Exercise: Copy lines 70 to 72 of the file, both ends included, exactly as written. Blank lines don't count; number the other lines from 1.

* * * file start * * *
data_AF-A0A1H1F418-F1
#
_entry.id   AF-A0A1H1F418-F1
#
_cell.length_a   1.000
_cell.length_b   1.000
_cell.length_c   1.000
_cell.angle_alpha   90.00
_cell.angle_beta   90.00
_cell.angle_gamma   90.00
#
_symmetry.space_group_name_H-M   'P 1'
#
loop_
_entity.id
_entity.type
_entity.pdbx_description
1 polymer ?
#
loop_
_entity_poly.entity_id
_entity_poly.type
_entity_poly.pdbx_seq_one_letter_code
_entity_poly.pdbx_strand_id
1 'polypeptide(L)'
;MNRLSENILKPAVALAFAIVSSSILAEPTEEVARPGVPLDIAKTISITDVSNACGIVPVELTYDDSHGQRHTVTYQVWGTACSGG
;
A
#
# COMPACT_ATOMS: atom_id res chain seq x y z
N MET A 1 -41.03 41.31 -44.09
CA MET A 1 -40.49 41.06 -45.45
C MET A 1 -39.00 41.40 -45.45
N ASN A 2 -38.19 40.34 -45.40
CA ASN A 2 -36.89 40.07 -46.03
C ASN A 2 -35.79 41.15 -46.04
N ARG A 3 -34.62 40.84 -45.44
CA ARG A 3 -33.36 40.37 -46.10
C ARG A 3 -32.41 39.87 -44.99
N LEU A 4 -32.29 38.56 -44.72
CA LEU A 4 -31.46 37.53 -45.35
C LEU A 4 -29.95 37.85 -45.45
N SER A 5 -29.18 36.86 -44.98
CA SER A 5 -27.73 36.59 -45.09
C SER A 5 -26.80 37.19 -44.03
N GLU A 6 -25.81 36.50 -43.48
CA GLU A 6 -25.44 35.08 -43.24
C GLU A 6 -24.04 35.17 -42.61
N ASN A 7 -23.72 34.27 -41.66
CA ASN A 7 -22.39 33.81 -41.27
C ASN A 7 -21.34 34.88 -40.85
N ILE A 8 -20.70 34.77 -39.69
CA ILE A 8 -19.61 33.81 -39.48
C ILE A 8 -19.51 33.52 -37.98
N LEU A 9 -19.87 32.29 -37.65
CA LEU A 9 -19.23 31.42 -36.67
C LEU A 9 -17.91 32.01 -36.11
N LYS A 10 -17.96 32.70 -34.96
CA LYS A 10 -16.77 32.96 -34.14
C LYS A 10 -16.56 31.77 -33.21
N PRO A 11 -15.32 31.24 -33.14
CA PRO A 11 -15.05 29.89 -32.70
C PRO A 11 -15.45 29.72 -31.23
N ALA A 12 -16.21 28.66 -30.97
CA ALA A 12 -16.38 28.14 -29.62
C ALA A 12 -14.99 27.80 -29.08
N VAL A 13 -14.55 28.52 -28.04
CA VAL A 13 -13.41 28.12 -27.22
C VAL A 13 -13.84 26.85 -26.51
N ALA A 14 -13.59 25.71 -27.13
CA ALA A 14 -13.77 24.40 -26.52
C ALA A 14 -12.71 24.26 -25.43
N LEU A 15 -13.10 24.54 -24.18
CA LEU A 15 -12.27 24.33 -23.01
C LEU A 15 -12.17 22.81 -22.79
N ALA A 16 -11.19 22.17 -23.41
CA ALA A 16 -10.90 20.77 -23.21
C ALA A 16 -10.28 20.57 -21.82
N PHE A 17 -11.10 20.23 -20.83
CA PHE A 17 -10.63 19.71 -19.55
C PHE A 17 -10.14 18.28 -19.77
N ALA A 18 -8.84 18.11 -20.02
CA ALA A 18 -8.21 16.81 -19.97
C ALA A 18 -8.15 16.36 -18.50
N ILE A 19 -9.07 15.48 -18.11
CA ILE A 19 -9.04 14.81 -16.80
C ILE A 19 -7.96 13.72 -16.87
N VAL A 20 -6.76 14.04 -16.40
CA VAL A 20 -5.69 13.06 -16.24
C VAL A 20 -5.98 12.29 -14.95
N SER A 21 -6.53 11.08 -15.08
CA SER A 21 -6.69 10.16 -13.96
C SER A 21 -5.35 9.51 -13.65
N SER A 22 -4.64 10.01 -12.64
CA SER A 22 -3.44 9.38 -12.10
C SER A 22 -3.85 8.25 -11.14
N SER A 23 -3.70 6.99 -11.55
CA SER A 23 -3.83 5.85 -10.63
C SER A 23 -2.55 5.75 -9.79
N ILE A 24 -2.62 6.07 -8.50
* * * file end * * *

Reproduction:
N ALA A 14 -13.59 25.71 -27.13
CA ALA A 14 -13.77 24.40 -26.52
C ALA A 14 -12.71 24.26 -25.43